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  • What’s happening to your (dog’s) data?

    by David Comiskey
    Barkly Pet’s government “watch dogs” — photo by Jessica Feiden

    In the whirlwind of news emanating from Washington these days you may have missed an important story from last week. Congress passed a bill to allow internet service providers to sell your internet browsing history to advertisers.

    Disclaimer — I am a security geek. Prior to starting Barkly Pets with Chris & Jim, I worked as an analyst with the Defense Department where I often found my work dealing with security and cyberspace. You’ve been warned…

    This new bill is a fundamental departure from efforts of previous lawmakers to protect consumers’ personally identifiable information. The news got us thinking that our users and pet owners who are considering using Barkly as their dog walking service might be interested to know where we stand when it comes to their data.

    The pet industry is following the digitization trends of human services. With that digitization comes an immense amount of data. Data has always had innate value. As we humanize our pets and as the pet industry capitalizes on that humanization, the combination of your and your pet’s information is valuable. Take for example the acquisition the maker of the Twix candy bar, MARS, made last year of Whistle for $100+ million. Whistle was the creator of one the many Fitbit-like devices for dogs. All of that data on the health of dogs across the U.S. unquestionably was a driving factor for MARS, who owns two very large veterinary practices, to purchase a wearable pet tech device with such high multiples.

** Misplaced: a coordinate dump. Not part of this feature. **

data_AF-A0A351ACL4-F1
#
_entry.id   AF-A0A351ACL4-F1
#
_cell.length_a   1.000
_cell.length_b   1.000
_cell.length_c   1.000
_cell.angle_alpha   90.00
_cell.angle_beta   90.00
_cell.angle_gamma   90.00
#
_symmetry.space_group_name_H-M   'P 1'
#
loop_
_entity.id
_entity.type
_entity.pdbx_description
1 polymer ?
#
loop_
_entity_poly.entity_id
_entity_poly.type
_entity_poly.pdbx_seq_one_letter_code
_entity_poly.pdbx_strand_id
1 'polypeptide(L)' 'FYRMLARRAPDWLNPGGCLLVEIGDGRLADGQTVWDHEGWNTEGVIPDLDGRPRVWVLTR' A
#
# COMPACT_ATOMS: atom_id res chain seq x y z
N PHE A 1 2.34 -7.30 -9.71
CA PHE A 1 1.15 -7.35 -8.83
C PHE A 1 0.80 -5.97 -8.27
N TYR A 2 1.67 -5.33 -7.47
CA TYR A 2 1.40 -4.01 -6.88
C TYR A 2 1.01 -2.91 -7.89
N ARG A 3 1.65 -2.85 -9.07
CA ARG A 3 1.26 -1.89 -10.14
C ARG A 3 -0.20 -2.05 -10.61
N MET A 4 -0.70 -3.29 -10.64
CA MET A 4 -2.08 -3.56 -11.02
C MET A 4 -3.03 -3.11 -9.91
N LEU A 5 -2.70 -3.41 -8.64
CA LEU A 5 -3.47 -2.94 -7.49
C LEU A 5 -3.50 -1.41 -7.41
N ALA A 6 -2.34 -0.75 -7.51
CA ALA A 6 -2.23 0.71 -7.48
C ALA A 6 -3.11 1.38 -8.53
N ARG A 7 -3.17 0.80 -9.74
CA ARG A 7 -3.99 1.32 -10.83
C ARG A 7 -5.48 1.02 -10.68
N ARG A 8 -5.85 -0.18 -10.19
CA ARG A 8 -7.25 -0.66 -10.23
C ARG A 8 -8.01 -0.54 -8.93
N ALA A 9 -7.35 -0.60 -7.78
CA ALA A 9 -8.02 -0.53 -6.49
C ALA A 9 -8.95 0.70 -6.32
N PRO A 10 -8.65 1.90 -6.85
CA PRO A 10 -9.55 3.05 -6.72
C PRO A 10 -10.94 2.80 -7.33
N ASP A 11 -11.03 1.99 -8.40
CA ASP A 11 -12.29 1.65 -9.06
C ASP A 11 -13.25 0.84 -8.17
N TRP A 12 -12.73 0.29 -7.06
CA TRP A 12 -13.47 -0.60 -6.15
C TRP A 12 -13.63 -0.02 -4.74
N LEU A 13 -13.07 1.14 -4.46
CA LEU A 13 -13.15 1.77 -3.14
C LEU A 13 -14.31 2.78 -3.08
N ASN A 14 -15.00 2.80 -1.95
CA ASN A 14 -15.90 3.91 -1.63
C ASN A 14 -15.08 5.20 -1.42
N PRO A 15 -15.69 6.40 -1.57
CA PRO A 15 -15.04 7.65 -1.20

Like human health services, the digitization of our pets’ health information is a good thing and while there are numerous examples of data being used for benign and overall beneficial reasons, there are disproportionately more examples where this is not the case.

    How can you tell if the service or product you choose for your pet respects your data? Of course you can read privacy policies carefully, but good luck understanding much. More importantly, take a hard look at the product and see how much data you can see about other users. Most services will tell you that they are not selling or sharing any personally identifiable information and this is likely true. The challenge rests in the gray area with non-identifiable information. The combination of several non-identifiable pieces of information can almost always be used to create a reasonable hypothesis of identity. This holds true with even your SSN!

    Trustworthiness is the primary factor pet owners consider when selecting a dog walker or pet care service. This is for good reason. Your dog walker is not only entering your home when you’re not there, but they are also caring for your furchild. So as the industry becomes more digital, shouldn’t it raise an eyebrow if the service you’re trusting with your pet is betraying that trust with your data?

    Here at Barkly Pets we take privacy seriously and in the wake of this bill, we’re surprised to not see Silicon Valley showing more outrage.

    We utilize your data at Barkly with one purpose in mind — to provide you the best service possible. We do not sell it, we do not offer it to advertisers, and we take strenuous steps to ensure that the third parties with which we integrate for things such as payment processing have similar standards when it comes to your information. You place a lot of trust in our hands and we don’t take that responsibility lightly.

    And back to what Congress is up to…as a business originally from Washington, we’ve put our own government “watch dogs” on patrol (see photo). Don’t let those happy pups fool you, they’re doing serious work!

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